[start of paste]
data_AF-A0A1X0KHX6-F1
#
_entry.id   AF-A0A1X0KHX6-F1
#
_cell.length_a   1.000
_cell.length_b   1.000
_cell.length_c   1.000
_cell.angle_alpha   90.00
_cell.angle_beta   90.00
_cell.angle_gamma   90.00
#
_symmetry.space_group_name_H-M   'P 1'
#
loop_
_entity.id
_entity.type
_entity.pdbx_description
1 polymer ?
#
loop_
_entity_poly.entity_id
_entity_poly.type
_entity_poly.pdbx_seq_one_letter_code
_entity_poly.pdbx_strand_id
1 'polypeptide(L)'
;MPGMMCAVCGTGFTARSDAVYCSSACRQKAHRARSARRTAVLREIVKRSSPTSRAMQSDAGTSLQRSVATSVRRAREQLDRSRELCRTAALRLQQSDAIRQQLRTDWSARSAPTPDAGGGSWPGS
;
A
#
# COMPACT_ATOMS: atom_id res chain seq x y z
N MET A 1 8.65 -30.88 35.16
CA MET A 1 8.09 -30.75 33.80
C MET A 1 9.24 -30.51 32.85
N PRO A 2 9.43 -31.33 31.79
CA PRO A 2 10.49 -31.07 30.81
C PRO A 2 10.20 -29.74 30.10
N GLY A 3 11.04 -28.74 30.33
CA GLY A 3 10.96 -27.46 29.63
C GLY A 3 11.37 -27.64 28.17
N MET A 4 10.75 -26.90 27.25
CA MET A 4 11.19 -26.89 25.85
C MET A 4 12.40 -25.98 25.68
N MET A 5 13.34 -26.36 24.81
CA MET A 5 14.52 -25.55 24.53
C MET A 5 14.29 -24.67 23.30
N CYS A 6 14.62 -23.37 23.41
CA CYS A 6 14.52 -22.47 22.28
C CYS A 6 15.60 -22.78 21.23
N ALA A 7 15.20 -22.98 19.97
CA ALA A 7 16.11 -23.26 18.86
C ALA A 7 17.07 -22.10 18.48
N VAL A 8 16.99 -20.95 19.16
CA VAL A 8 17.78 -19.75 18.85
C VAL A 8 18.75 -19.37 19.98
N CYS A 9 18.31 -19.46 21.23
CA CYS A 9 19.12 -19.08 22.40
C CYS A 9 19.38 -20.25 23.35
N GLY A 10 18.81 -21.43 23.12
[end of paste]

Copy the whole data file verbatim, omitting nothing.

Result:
data_AF-A0A1X0KHX6-F1
#
_entry.id   AF-A0A1X0KHX6-F1
#
_cell.length_a   1.000
_cell.length_b   1.000
_cell.length_c   1.000
_cell.angle_alpha   90.00
_cell.angle_beta   90.00
_cell.angle_gamma   90.00
#
_symmetry.space_group_name_H-M   'P 1'
#
loop_
_entity.id
_entity.type
_entity.pdbx_description
1 polymer ?
#
loop_
_entity_poly.entity_id
_entity_poly.type
_entity_poly.pdbx_seq_one_letter_code
_entity_poly.pdbx_strand_id
1 'polypeptide(L)'
;MPGMMCAVCGTGFTARSDAVYCSSACRQKAHRARSARRTAVLREIVKRSSPTSRAMQSDAGTSLQRSVATSVRRAREQLDRSRELCRTAALRLQQSDAIRQQLRTDWSARSAPTPDAGGGSWPGS
;
A
#
# COMPACT_ATOMS: atom_id res chain seq x y z
N MET A 1 8.65 -30.88 35.16
CA MET A 1 8.09 -30.75 33.80
C MET A 1 9.24 -30.51 32.85
N PRO A 2 9.43 -31.33 31.79
CA PRO A 2 10.49 -31.07 30.81
C PRO A 2 10.20 -29.74 30.10
N GLY A 3 11.04 -28.74 30.33
CA GLY A 3 10.96 -27.46 29.63
C GLY A 3 11.37 -27.64 28.17
N MET A 4 10.75 -26.90 27.25
CA MET A 4 11.19 -26.89 25.85
C MET A 4 12.40 -25.98 25.68
N MET A 5 13.34 -26.36 24.81
CA MET A 5 14.52 -25.55 24.53
C MET A 5 14.29 -24.67 23.30
N CYS A 6 14.62 -23.37 23.41
CA CYS A 6 14.52 -22.47 22.28
C CYS A 6 15.60 -22.78 21.23
N ALA A 7 15.20 -22.98 19.97
CA ALA A 7 16.11 -23.26 18.86
C ALA A 7 17.07 -22.10 18.48
N VAL A 8 16.99 -20.95 19.16
CA VAL A 8 17.78 -19.75 18.85
C VAL A 8 18.75 -19.37 19.98
N CYS A 9 18.31 -19.46 21.23
CA CYS A 9 19.12 -19.08 22.40
C CYS A 9 19.38 -20.25 23.35
N GLY A 10 18.81 -21.43 23.12